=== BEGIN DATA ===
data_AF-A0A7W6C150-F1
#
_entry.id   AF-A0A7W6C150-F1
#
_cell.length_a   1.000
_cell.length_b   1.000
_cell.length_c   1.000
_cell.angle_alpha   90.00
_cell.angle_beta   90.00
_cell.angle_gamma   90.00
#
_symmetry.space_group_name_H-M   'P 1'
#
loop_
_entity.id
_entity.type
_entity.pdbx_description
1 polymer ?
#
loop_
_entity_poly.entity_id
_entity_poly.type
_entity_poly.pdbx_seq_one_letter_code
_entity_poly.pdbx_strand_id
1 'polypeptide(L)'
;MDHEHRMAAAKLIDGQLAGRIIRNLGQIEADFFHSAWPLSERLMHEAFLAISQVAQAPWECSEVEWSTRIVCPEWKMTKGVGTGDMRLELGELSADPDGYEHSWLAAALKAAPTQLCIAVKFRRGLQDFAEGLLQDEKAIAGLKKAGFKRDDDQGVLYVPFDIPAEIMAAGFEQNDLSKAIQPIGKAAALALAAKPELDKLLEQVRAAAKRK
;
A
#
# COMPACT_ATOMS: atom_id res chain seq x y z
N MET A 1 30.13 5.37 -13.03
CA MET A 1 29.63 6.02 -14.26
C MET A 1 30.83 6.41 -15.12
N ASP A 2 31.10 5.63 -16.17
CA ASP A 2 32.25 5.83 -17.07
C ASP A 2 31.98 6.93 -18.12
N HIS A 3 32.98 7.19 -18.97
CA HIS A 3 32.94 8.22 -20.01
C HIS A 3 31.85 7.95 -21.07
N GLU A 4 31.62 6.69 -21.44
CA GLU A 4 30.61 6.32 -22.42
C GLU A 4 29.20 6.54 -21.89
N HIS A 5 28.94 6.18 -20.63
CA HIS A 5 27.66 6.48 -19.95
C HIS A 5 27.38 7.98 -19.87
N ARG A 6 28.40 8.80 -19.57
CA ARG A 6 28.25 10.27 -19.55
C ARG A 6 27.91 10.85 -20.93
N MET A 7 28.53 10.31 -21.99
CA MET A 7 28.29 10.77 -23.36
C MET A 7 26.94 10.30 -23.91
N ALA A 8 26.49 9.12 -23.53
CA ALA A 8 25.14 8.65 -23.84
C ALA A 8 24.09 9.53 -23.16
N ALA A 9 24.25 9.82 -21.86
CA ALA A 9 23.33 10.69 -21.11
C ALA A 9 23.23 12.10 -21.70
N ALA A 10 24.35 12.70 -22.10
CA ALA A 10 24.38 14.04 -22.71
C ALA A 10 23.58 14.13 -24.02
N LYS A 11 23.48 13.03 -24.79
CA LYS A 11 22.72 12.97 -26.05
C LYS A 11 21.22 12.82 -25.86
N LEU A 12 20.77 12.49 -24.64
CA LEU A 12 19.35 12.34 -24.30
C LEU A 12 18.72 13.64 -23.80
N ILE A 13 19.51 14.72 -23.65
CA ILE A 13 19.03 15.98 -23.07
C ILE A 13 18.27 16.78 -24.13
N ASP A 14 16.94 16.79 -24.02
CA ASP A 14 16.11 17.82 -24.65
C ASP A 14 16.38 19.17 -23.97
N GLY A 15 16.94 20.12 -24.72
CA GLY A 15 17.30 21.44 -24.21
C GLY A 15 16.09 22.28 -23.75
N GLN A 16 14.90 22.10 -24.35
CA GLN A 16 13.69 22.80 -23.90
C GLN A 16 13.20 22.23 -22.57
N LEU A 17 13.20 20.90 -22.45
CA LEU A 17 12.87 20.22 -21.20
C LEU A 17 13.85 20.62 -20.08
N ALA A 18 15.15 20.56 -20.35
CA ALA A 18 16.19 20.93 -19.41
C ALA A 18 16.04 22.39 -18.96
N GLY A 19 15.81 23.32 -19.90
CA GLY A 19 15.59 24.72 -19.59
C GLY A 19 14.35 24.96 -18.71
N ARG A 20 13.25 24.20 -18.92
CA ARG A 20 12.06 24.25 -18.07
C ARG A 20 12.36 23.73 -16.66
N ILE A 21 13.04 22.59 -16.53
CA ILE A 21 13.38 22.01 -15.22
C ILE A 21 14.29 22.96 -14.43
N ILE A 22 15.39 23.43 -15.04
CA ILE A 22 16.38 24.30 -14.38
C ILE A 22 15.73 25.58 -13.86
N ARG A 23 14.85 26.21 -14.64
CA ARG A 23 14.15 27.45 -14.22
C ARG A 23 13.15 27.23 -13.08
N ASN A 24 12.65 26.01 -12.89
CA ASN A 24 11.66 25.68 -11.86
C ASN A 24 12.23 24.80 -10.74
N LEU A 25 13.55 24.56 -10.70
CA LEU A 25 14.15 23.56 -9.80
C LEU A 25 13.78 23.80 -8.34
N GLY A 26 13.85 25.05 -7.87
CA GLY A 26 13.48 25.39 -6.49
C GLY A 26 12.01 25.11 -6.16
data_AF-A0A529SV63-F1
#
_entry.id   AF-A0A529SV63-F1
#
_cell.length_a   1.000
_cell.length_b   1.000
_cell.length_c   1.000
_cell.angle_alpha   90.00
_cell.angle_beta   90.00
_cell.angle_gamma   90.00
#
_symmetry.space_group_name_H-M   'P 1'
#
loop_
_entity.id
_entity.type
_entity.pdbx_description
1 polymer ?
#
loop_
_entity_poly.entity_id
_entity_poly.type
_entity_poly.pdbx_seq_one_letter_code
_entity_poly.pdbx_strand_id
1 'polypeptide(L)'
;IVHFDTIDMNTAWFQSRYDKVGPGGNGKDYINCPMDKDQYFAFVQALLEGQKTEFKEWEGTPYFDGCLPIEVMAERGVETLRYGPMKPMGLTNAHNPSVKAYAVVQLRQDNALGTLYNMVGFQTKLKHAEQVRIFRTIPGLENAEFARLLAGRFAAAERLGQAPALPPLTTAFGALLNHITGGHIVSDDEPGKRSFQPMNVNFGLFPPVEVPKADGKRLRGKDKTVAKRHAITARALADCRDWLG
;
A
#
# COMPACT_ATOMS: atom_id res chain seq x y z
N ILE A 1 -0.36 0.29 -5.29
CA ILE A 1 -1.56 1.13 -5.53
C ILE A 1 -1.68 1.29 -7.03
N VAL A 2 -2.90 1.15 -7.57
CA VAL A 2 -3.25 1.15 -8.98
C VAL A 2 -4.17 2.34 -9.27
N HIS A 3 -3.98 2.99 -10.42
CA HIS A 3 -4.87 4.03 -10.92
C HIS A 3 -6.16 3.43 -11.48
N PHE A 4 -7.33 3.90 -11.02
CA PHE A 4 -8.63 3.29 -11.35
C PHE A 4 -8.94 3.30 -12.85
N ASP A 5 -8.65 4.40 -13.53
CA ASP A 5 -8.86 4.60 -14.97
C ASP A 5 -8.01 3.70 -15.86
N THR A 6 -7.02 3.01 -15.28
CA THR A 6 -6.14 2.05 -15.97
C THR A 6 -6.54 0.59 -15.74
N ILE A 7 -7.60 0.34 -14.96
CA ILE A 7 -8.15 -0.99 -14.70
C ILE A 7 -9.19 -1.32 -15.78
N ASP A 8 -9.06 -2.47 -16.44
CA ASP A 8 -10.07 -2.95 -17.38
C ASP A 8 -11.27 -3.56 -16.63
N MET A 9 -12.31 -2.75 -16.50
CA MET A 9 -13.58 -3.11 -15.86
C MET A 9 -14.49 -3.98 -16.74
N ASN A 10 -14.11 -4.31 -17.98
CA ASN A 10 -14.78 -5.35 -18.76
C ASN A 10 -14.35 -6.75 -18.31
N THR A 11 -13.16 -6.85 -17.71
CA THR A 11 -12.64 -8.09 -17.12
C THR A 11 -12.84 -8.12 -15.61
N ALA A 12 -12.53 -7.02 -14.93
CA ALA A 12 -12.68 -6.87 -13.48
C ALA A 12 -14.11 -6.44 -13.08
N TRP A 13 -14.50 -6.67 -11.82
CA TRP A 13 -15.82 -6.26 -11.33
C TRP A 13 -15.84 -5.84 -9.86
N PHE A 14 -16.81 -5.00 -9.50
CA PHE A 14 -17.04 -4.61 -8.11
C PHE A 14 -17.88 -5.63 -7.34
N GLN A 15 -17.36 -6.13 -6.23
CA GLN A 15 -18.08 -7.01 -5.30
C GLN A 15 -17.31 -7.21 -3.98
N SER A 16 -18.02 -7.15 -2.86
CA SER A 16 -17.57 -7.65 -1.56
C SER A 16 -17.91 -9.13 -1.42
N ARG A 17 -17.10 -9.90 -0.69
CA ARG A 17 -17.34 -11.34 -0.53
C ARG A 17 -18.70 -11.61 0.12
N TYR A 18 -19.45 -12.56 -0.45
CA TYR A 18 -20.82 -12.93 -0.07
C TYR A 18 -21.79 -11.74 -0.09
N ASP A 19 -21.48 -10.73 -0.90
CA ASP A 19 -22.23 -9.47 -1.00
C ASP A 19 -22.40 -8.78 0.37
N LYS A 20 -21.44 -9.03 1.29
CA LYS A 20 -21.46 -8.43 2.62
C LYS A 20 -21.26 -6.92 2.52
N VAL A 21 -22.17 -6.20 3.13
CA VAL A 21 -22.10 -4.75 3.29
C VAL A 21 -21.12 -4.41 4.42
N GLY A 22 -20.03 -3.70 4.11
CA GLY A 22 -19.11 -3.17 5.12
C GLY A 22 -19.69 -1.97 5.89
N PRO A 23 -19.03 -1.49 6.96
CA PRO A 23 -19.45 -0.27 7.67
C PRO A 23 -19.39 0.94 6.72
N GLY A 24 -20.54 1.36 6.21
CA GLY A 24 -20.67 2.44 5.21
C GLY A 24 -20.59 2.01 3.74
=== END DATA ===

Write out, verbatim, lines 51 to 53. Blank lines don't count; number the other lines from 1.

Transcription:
C MET A 7 26.94 10.30 -23.91
N ALA A 8 26.49 9.12 -23.53
CA ALA A 8 25.14 8.65 -23.84